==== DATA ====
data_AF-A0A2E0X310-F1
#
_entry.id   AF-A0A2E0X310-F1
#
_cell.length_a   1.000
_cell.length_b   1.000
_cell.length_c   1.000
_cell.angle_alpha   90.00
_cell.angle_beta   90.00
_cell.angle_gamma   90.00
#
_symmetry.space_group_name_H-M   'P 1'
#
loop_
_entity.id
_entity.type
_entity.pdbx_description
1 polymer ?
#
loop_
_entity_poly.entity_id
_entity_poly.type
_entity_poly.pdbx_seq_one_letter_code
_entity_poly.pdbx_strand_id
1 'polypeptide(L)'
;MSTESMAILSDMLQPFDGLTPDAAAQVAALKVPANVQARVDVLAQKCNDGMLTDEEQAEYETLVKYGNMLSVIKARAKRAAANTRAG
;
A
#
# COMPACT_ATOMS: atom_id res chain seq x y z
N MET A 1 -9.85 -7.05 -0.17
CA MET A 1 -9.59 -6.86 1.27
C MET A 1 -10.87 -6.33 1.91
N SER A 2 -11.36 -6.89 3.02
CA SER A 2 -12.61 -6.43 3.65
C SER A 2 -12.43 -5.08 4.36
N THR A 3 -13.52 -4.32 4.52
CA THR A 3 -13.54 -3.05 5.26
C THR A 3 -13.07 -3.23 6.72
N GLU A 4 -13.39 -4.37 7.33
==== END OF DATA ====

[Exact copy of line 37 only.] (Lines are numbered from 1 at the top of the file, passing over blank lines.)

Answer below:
N THR A 3 -13.52 -4.32 4.52